As a growing chorus of Vancouver Island businesses ask the provincial government to consider a regionalized system of COVID-19 restrictions this winter, experts remain torn on how the shift could impact cases in B.C.
"We haven't split up the province into regions or zones and it's served us well," said medical director of Vancouver's infectious disease centre, Brian Conway.
"The numbers are going up, but I think we are still in a position that if we act in a coherent way we'll be able to avoid further lock down," he said.
Meanwhile, across the country in Ontario, where region specific restrictions have been handed down, another epidemiologist is saying B.C. should, and will, make the switch.
"I will predict that B.C. will move to a regional model and they will do it soon," University of Toronto epidemiologist Colin Furness told CTV News Vancouver Island.
"Public health is most effective, I say this whenever I can, it's most effective when it's conceived and implemented locally," he said.
The dichotomous opinions come as Dr. Bonnie Henry, B.C.'s provincial health officer, has watched as parts of the province like the Fraser Health region undergo a massive uptick in COVID-19 cases.
The provincial government has also heard a bolstered push from areas where case growth remains low, like in the Island Health region, saying that possible restrictions this winter should not impact areas that aren't seeing cases rise.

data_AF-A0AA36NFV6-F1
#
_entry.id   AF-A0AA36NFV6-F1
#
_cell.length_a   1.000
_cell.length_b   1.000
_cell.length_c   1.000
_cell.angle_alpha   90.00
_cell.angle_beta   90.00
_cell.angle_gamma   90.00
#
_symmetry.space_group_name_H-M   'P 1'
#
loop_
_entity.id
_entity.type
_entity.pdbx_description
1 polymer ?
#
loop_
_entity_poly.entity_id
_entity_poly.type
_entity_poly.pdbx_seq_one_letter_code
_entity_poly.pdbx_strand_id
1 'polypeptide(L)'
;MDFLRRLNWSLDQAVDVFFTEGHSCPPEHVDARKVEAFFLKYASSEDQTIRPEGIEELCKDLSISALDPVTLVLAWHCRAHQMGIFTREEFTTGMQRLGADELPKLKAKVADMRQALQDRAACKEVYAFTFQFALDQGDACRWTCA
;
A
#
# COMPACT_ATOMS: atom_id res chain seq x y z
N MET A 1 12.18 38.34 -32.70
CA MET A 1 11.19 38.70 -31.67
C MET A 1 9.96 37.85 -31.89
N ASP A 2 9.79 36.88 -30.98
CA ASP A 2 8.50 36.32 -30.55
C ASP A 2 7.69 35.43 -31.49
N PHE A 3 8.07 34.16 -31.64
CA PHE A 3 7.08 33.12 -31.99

"We are really encouraging the provincial government to balance the great advice we get from the provincial health officer with the economic impact of doing things one-size fits all," said Jeff Bray with the Downtown Victoria Business Association Tuesday.
Henry and B.C.'s Ministry of Health have said they would consider a more localized recommendation and restriction system, but have also said B.C. has done well by remaining as a unified front during the pandemic.
B.C. has never, unlike other provinces, entered into a full economic lockdown.
In mid-October, Ontario Premier Doug Ford thrust parts of his province into a regional system of restrictions.
In the Toronto, Peel, Ottawa and later York regions, heightened restrictions closed indoor dining, gyms and movie theatres.
Health officials had watched as the areas spiralled out of control with COVID-19 cases climbing dramatically.
Ontario's system did what some B.C. businesses are asking for, cracking down in areas where cases are high, but leaving businesses in lesser impacted communities with a longer leash to operate.
This system, however, wasn't without its geographic concerns, which could also happen in B.C.
"We're sometimes too far south to be north and too far north to be south," said the deputy mayor of the town of Georgina, ON, Robert Grossi.
The small lakeside community of Georgina, north of Toronto, had not seen a large increase in COVID-19 infections, but faced some severe restrictions as it sat on the border of the York region.
"Because we don't have our own medical officer of health we are part of that York region, which is 1.2 million people, so we are caught in that," said Grossi.
The deputy mayor says the regional system has its clear benefits for balancing health and economy, but warns that similar snags for smaller, less impacted towns could still happen in B.C. if the same system were instituted there.